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Monday , February 17 2020

Trump declares national emergency at border

Protesters of President Donald Trump’s national emergency declaration gather outside Trump International Hotel & Tower on Feb 15 in New York. Some people have been arrested at the protest. The NYPD wasn’t immediately able to say how many people were taken into custody. (AP)

WASHINGTON, Feb 16, (AP): Defiant in the wake of a stinging budget defeat, President Donald Trump has declared a national emergency at the US-Mexico border, moving to secure more money for his longpromised wall by exercising a broad interpretation of his presidential powers that is certain to draw stiff legal challenges.

In his emergency proclamation Friday, Trump painted a dark picture of the border as “a major entry point for criminals, gang members, and illicit narcotics” and one that threatens “core national security interests.” Overall, though, illegal border crossings are down from a high of 1.6 million in 2000.

His declaration instantly transformed a contentious policy fight into a foundational dispute over the separation of powers enshrined in the Constitution, spurring talk of a congressional vote to block Trump and ensuring that the president and Democrats will continue fighting over the border wall in Congress, the courts and on the campaign trail. It triggered outrage from Democrats, unease among some Republicans and fl ew in the face of years of GOP complaints that President Barack Obama had over-reached in his use of executive authority.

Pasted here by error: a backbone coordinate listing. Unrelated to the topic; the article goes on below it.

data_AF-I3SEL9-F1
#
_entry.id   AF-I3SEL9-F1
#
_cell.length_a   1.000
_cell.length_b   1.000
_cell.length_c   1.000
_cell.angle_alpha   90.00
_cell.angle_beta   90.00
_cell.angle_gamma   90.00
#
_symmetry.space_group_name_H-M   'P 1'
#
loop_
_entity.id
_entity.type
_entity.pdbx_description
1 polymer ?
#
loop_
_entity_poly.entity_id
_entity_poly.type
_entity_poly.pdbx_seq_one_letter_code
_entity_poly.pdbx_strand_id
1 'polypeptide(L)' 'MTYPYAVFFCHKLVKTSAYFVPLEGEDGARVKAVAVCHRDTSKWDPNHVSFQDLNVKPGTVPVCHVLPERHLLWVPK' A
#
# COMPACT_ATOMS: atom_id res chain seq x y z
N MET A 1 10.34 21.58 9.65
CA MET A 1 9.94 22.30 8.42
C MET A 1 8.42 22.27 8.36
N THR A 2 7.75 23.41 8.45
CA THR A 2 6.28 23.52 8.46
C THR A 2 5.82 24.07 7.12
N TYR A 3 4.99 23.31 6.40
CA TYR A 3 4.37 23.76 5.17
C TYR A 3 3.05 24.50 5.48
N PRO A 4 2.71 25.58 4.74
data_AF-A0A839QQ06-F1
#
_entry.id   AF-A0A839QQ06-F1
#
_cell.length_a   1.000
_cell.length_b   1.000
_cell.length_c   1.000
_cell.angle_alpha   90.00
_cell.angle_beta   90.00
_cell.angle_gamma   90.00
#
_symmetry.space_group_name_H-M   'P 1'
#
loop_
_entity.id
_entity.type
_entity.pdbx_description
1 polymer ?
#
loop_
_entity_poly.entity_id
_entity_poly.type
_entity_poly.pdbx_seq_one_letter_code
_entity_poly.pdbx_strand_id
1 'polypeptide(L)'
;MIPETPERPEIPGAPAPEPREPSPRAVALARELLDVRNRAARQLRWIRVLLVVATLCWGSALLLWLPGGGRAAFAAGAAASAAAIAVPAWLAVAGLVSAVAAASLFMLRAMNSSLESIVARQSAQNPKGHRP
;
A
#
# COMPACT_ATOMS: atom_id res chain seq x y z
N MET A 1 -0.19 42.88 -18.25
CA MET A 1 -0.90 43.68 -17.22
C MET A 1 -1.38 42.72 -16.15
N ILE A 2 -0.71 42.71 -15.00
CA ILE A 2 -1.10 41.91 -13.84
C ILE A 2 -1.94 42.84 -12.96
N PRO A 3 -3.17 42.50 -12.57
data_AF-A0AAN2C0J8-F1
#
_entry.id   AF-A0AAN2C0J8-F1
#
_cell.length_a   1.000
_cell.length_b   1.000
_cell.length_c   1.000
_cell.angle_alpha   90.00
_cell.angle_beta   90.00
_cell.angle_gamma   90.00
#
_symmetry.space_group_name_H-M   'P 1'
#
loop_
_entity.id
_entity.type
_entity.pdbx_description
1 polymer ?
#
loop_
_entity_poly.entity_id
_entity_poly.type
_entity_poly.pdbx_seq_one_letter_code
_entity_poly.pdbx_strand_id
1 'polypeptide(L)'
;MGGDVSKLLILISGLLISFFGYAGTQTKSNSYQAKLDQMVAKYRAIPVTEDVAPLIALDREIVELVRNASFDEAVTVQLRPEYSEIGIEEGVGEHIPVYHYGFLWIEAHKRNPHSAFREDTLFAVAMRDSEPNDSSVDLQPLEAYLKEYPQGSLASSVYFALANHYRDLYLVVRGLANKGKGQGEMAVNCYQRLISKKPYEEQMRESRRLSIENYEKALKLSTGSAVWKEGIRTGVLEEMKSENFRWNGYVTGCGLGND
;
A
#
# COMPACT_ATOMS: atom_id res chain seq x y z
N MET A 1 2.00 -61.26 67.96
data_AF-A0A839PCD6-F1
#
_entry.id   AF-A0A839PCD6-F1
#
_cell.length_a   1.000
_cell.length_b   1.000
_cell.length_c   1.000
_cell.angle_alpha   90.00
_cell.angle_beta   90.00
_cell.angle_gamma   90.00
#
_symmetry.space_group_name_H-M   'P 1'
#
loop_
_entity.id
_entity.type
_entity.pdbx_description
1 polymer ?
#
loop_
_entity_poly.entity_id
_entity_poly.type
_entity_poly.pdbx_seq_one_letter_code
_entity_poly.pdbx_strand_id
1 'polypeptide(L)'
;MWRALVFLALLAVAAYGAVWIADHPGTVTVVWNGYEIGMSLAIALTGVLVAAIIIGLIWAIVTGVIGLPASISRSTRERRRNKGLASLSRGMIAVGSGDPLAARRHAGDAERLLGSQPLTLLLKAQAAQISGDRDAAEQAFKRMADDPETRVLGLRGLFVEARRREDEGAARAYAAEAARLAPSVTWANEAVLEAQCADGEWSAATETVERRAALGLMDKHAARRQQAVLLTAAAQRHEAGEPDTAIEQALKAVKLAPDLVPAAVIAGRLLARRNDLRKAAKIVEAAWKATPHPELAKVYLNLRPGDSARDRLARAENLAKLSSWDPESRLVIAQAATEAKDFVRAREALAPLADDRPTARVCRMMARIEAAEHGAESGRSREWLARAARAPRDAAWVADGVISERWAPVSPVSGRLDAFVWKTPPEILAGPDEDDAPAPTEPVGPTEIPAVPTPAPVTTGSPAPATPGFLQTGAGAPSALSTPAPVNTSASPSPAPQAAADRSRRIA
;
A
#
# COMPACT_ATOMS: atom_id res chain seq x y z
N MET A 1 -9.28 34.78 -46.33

Trump signed the declaration to justify diverting billions of federal dollars from military construction and other purposes after Congress approved only a fraction of the money he had demanded. The standoff over border funding had led to the longest government shutdown in history.

To avoid another shutdown, Trump reluctantly signed a funding bill Friday that included just $1.4 billion of the $5.7 billion he had demanded for the wall. Trump announced the declaration in a free-wheeling, 50-minute Rose Garden news conference that included a long preamble about his administration’s accomplishments. He jousted with reporters and delivered a sing-song prediction about the fate of the order as it winds its way through the legal system before potentially ending up at the Supreme Court.

“By the president’s very own admission in the Rose Garden, there is no national emergency. He just grew impatient and frustrated with Congress, and decided to move along his promise for a border wall ‘faster,’” said ACLU Executive Director Anthony Romero. Some Democratic state attorneys general have also threatened to go to court over the decision.

The text of Trump’s proclamation cited an increase in families coming across the border and an inability to detain families during deportation proceedings – not drugs or violence as the president outlined in his press conference. The top two Democrats in Congress said they’d use “every remedy available” to oppose what they cast as an unlawful measure.